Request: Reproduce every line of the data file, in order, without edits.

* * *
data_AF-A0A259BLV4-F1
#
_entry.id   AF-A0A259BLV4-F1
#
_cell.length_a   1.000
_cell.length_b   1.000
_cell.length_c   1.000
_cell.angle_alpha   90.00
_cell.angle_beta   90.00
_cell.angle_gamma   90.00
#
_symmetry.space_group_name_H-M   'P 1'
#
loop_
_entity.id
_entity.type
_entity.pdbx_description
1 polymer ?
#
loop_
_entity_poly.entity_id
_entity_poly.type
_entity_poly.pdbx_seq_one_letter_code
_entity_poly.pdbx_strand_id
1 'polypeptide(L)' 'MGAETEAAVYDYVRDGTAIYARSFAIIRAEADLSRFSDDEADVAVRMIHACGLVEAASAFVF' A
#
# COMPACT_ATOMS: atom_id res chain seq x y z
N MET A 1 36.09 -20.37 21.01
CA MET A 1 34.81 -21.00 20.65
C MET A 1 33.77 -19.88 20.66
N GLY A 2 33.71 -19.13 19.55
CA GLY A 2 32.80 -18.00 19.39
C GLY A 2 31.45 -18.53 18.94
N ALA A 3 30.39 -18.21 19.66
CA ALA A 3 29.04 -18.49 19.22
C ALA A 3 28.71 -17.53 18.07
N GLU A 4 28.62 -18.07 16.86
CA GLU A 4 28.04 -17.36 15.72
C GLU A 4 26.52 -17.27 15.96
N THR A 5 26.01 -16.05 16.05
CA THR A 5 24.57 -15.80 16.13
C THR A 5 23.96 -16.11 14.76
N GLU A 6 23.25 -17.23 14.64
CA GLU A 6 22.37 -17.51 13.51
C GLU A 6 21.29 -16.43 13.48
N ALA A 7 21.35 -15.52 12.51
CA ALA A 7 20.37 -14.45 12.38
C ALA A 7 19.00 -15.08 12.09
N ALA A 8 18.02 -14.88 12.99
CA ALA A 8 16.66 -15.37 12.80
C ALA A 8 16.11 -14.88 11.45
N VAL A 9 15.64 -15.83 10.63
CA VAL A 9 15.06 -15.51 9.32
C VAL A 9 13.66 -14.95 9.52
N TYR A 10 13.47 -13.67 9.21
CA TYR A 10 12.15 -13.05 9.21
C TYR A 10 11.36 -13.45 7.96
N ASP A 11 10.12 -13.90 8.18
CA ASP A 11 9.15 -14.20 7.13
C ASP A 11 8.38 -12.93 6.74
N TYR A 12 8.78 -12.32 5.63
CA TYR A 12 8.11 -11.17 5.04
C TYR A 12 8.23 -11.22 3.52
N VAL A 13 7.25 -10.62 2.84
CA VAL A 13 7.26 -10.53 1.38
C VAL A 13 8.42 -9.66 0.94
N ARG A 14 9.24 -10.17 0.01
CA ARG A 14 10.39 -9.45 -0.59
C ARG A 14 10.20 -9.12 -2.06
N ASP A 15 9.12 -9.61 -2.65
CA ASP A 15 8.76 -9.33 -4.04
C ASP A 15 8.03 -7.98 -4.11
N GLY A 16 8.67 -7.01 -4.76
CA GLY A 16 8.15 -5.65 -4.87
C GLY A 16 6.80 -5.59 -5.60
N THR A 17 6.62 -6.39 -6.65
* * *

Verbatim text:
data_AF-A0A259BLV4-F1
#
_entry.id   AF-A0A259BLV4-F1
#
_cell.length_a   1.000
_cell.length_b   1.000
_cell.length_c   1.000
_cell.angle_alpha   90.00
_cell.angle_beta   90.00
_cell.angle_gamma   90.00
#
_symmetry.space_group_name_H-M   'P 1'
#
loop_
_entity.id
_entity.type
_entity.pdbx_description
1 polymer ?
#
loop_
_entity_poly.entity_id
_entity_poly.type
_entity_poly.pdbx_seq_one_letter_code
_entity_poly.pdbx_strand_id
1 'polypeptide(L)' 'MGAETEAAVYDYVRDGTAIYARSFAIIRAEADLSRFSDDEADVAVRMIHACGLVEAASAFVF' A
#
# COMPACT_ATOMS: atom_id res chain seq x y z
N MET A 1 36.09 -20.37 21.01
CA MET A 1 34.81 -21.00 20.65
C MET A 1 33.77 -19.88 20.66
N GLY A 2 33.71 -19.13 19.55
CA GLY A 2 32.80 -18.00 19.39
C GLY A 2 31.45 -18.53 18.94
N ALA A 3 30.39 -18.21 19.66
CA ALA A 3 29.04 -18.49 19.22
C ALA A 3 28.71 -17.53 18.07
N GLU A 4 28.62 -18.07 16.86
CA GLU A 4 28.04 -17.36 15.72
C GLU A 4 26.52 -17.27 15.96
N THR A 5 26.01 -16.05 16.05
CA THR A 5 24.57 -15.80 16.13
C THR A 5 23.96 -16.11 14.76
N GLU A 6 23.25 -17.23 14.64
CA GLU A 6 22.37 -17.51 13.51
C GLU A 6 21.29 -16.43 13.48
N ALA A 7 21.35 -15.52 12.51
CA ALA A 7 20.37 -14.45 12.38
C ALA A 7 19.00 -15.08 12.09
N ALA A 8 18.02 -14.88 12.99
CA ALA A 8 16.66 -15.37 12.80
C ALA A 8 16.11 -14.88 11.45
N VAL A 9 15.64 -15.83 10.63
CA VAL A 9 15.06 -15.51 9.32
C VAL A 9 13.66 -14.95 9.52
N TYR A 10 13.47 -13.67 9.21
CA TYR A 10 12.15 -13.05 9.21
C TYR A 10 11.36 -13.45 7.96
N ASP A 11 10.12 -13.90 8.18
CA ASP A 11 9.15 -14.20 7.13
C ASP A 11 8.38 -12.93 6.74
N TYR A 12 8.78 -12.32 5.63
CA TYR A 12 8.11 -11.17 5.04
C TYR A 12 8.23 -11.22 3.52
N VAL A 13 7.25 -10.62 2.84
CA VAL A 13 7.26 -10.53 1.38
C VAL A 13 8.42 -9.66 0.94
N ARG A 14 9.24 -10.17 0.01
CA ARG A 14 10.39 -9.45 -0.59
C ARG A 14 10.20 -9.12 -2.06
N ASP A 15 9.12 -9.61 -2.65
CA ASP A 15 8.76 -9.33 -4.04
C ASP A 15 8.03 -7.98 -4.11
N GLY A 16 8.67 -7.01 -4.76
CA GLY A 16 8.15 -5.65 -4.87
C GLY A 16 6.80 -5.59 -5.60
N THR A 17 6.62 -6.39 -6.65